First National Bank and Trust Company of Vinita, Oklahoma, a Corporation, Additional Defendant on Cross-complaint-appellant, v. Atlas Credit Corporation, a Corporation, Defendant and Cross-petitioner-appellee.james B. Weedin and Meredith M. Weedin, Defendants-appellants, v. Atlas Credit Corporation, a Corporation, Defendant and Cross-petitioner-appellee, 417 F.2d 1081 (10th Cir. 1969)

Annotate this Case
U.S. Court of Appeals for the Tenth Circuit - 417 F.2d 1081 (10th Cir. 1969)

November 18, 1969
Rehearing Denied in No. 48-68 December 30, 1969


James R. Ryan, Tulsa, Okl. (George P. Pitcher, Vinita, Okl., with him on the brief) for appellant First National Bank & Trust Co. of Vinita, Okl.

Fred H. Miller, Norman, Okl., for appellee Atlas Credit Corp.

Alvin L. Floyd, Tulsa, Okl., for appellant James B. Weedin.

Hicks Epton, Wewoka, Okl., for appellee Atlas Credit Corp.

Before PHILLIPS, LEWIS and HICKEY, Circuit Judges.

HICKEY, Circuit Judge.


This appeal arose out of an action to foreclose a real estate mortgage upon ranch property in Craig County, Oklahoma. The mortgage was successfully foreclosed and the real estate mortgagee is no longer interested in the case.

Atlas Credit Corporation and its subsidiary, Atlas Subsidiaries of Missouri, Inc., were originally joined as defendants in the mortgage foreclosure action because they held junior liens on the real estate involved and claimed a security interest in the livestock grazed upon the real property in question. Atlas Credit Corporation has been assigned the interest of its subsidiary and will be referred to as Atlas.

Atlas filed an answer counterclaiming foreclosure of its junior lien on the real estate and seeking recovery of the livestock given as additional security for money loaned by them to defendant debtors. Atlas joined the First National Bank and Trust Company of Vinita, Oklahoma (Bank) as an additional defendant who claimed a prior security interest in the livestock pledged to them. The Bank is the other party involved in the main issue of this appeal.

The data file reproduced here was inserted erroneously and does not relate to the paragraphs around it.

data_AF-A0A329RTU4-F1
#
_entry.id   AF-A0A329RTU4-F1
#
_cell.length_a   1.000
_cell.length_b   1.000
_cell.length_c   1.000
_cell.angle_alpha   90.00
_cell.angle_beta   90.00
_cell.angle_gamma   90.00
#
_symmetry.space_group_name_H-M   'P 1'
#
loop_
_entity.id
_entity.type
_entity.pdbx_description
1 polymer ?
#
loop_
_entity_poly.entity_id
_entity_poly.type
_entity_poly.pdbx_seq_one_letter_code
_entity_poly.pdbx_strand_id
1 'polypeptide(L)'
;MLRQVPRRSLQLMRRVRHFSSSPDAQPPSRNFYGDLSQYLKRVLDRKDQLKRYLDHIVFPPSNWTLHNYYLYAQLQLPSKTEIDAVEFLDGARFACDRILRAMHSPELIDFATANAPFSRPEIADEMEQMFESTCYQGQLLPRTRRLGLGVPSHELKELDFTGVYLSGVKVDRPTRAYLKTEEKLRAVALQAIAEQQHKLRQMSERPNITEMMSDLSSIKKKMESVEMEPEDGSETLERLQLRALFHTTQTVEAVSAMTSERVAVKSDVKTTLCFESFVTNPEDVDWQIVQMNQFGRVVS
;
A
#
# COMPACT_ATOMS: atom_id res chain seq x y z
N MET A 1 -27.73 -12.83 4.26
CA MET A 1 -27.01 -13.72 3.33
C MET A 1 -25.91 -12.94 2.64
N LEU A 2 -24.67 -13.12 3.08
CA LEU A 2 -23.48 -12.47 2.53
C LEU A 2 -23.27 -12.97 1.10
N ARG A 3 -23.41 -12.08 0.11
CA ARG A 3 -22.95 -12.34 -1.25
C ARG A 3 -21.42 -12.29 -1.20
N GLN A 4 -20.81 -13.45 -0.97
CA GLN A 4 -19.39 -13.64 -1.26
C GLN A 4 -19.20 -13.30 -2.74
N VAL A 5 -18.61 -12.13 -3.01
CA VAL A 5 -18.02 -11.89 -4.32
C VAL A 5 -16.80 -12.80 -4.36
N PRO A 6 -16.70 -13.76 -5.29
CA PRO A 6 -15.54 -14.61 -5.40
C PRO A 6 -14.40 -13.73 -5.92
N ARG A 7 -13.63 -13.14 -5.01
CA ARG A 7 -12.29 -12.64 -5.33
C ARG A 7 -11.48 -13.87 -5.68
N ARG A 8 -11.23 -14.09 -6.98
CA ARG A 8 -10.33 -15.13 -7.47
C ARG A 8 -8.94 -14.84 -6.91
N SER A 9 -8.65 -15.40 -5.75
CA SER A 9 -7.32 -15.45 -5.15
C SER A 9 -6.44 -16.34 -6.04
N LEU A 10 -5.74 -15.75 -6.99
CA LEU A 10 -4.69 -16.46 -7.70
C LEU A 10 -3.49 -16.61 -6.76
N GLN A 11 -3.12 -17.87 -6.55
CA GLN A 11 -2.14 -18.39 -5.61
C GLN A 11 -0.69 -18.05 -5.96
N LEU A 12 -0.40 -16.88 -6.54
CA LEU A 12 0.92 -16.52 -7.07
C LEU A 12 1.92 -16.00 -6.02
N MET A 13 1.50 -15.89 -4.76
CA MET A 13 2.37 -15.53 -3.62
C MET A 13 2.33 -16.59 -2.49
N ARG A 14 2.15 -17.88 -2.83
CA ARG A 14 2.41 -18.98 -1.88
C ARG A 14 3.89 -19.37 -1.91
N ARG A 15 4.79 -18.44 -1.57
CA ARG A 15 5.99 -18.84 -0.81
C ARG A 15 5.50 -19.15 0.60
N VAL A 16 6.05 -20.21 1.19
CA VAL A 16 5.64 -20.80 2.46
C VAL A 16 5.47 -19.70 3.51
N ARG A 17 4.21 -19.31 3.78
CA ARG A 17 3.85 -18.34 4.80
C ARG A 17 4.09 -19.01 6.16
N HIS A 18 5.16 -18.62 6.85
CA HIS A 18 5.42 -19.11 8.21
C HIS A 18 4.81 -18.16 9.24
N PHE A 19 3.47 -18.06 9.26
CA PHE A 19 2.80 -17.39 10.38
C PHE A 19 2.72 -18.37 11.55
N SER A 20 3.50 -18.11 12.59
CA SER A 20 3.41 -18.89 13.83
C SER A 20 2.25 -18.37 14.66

The issue between Atlas and the Bank relates to the priority of security interests which cover the same livestock and equipment.

Defendants Weedin, a dentist and his wife, officers and principal stockholders of the W. E. Ranch, Inc., who negotiated the loans here in question, appeal the denial of their discharge in bankruptcy. This issue relates to the trial court's finding that certain representations to Atlas' assignor were fraudulent and therefore the debt to Atlas was non-dischargeable in bankruptcy.

The court found in favor of Atlas on the priority question, and it is agreed that this question is based primarily on the interpretation of Title 12A, § 9-312 (5) Okl.Stat.Ann. (1961) (Uniform Commercial Code, § 9-312(5)).

The law of the state where the collateral is located at the time of the transaction is the governing law without regard to possible contacts in other jurisdictions. Uniform Commercial Code, § 9-102, Comment 3, (12A Okl.Stat.Ann. § 9-102).

The record discloses that the Bank loaned $38,422.34 to the debtors on October 22, 1963, and properly filed a financing statement covering specifically described livestock and "all other cattle now owned or later acquired." Although there was evidence indicating otherwise, the trial court found and for the purpose of this appeal the parties agree that a security agreement was not executed nor received by the Bank at this time, but, on April 30, 1965, a security agreement was made and executed by the debtors. It is a note given by the debtors at this time upon which the Bank's judgment is based.

On February 4, 1964, Atlas loaned the debtors $34,000.00 for which debtors executed a financing statement and a security agreement covering the debtor's livestock and equipment then owned or thereafter acquired. The financing statement was filed February 11, 1964. The Bank had notice of this filing within a week thereafter.1 

The Bank records disclose a course of business transactions between the debtors and the Bank after October 22, 1963, wherein money in excess of the original $38,422.34 loaned was advanced and repaid until the total was calculated on April 30, 1965, and set forth in the security agreement then executed in the amount of $27,301.00.